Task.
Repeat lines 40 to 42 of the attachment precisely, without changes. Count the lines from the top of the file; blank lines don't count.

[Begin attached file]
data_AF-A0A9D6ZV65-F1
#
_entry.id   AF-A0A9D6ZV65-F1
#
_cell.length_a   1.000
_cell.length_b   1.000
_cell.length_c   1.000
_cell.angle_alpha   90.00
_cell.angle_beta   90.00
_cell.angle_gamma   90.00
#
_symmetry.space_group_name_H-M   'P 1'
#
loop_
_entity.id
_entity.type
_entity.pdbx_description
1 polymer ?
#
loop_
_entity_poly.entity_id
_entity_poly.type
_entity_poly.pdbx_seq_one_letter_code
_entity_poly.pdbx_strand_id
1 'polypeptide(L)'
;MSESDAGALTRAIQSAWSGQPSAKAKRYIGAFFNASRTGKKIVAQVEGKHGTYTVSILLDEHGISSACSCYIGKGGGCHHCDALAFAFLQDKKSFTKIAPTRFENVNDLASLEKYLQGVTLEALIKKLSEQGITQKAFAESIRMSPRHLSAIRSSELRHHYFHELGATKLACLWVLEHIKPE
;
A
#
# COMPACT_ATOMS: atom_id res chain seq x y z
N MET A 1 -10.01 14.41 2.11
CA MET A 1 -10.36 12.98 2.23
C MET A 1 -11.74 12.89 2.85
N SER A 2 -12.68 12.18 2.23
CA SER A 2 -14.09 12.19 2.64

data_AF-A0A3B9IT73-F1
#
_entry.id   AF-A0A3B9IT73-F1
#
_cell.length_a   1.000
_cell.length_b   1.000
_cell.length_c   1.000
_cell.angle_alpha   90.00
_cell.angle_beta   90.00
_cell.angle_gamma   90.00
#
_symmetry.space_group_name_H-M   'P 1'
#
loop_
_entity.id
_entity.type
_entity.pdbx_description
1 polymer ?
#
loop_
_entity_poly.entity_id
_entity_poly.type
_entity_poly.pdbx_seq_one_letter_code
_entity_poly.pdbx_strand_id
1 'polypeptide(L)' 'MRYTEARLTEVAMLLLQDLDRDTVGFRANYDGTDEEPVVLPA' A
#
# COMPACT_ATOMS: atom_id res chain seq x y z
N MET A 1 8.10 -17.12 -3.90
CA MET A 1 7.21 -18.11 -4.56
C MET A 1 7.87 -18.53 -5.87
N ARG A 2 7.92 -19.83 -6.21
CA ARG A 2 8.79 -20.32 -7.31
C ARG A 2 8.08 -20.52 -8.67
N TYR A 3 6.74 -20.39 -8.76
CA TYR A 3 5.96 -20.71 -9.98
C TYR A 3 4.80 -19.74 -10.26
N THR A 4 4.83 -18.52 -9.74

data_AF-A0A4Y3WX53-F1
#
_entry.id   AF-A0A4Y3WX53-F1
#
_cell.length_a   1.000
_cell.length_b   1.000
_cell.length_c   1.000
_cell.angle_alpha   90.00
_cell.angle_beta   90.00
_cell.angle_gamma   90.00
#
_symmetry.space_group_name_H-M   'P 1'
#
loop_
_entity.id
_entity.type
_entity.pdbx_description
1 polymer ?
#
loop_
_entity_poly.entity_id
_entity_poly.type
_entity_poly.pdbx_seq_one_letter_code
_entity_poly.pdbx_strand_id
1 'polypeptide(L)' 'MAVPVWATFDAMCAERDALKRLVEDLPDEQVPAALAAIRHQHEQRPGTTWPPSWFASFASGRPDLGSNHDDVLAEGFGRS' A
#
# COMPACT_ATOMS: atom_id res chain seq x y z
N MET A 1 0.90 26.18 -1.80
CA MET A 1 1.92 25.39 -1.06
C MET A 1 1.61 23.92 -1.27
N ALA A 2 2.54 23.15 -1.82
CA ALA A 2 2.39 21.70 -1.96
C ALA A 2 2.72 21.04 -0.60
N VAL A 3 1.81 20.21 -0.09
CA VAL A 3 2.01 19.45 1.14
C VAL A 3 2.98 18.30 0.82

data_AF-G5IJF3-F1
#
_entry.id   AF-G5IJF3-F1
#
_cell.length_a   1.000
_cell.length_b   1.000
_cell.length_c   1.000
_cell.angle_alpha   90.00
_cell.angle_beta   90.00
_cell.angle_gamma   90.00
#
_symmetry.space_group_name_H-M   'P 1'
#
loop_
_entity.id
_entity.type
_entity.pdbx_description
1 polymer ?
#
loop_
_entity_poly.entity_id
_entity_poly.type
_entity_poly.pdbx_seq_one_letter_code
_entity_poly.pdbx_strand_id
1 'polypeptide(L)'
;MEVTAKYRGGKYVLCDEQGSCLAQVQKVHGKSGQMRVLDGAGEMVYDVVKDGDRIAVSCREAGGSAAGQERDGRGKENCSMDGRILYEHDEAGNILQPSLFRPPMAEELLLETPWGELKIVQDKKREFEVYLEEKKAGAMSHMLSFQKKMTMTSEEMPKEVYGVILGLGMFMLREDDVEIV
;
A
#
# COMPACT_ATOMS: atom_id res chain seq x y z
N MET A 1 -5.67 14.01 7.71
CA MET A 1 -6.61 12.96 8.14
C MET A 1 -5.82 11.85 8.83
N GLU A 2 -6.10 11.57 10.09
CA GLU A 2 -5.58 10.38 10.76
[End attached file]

_cell.length_a   1.000
_cell.length_b   1.000
_cell.length_c   1.000